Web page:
Why faster blocks?

This conversation often starts with someone pointing out that shortening the block interval would allow for a quicker first confirmation, reduce variance in mining revenue, and could provide more blockspace.

Beyond the fatal argument that such a change would require a hard fork, the responses usually point out that confirmations would still be too slow for point-of-sale scenarios even at feasible shorter block intervals, thin clients would be more expensive due to the larger blockheader count, and it would cause more frequent chaintip reorganizations. I want to explore the last argument further.

How do reorgs happen?

Bitcoin is a distributed system. Propagating a new block in the network takes time. Even if every node could message every other node directly that a new block was found, the limited speed of light would still result in a notable delay until every other node would receive this message. After nodes hear about a new block, they still need to validate the block before forwarding it to their peers. Miners can only build a new block template after validating the block, and then it may take some more time update all devices to the new instructions. So, while the successful miner can immediately switch over, the other miners continue to work on a competing block for a short time window. If another miner finds a competing block before hearing about the other, they’ll announce it as well. From the point-of-view of each miner, their own block was seen first and they are on the best chaintip.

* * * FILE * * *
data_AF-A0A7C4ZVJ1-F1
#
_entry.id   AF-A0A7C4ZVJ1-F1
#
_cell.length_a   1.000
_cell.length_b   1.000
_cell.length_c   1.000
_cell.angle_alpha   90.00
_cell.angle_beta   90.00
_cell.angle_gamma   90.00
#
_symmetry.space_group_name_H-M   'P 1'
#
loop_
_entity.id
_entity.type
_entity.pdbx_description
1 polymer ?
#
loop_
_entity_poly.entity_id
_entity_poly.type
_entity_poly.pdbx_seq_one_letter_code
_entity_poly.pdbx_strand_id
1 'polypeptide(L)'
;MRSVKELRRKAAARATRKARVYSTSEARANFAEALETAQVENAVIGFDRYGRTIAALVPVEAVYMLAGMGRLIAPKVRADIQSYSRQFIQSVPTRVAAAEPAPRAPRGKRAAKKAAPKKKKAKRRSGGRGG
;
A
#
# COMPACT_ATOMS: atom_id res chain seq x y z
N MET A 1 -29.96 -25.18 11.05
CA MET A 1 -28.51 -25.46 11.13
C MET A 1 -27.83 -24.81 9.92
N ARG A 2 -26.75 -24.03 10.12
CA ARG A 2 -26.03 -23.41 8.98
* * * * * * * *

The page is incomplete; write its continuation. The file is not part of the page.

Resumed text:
Block Propagation Delay History via DSN Research Group, Kastel, KIT

Over the years, improvements in block propagation and validation have lowered this latency. The number of chainsplits and stale blocks got reduced from about once or twice every day to once every two weeks weeks.

Why are reorgs bad?

Hashrate working on a competing chaintip does not go towards the proof-of-work securing the best chain. Frequent reorganizations make the first confirmation less reliable.

While mining itself is progress-free (every hash is an independent event with a chance to find a block), the author of the latest block has the advantage that they can immediately start mining the next block.

How much does the propagation latency benefit larger miners?

Let’s assume it takes 6s for a block to reach other miners and compare 60s vs 600s block intervals for miners with 5% vs 30% of the hashrate. 6s is a very rough estimate for the time until most nodes have received a block after Compact Blocks.

The propagation delay is both an advantage and disadvantage: it gives the author a headstart for the next block, but also gives time for a competing block to emerge which may oust the author’s block. Let’s assume that each author works on their own chain, and the remaining hashrate is split half-half on each competing chaintip.

Finding blocks is a Poisson process that we can model such:

Chance for events in a Poisson process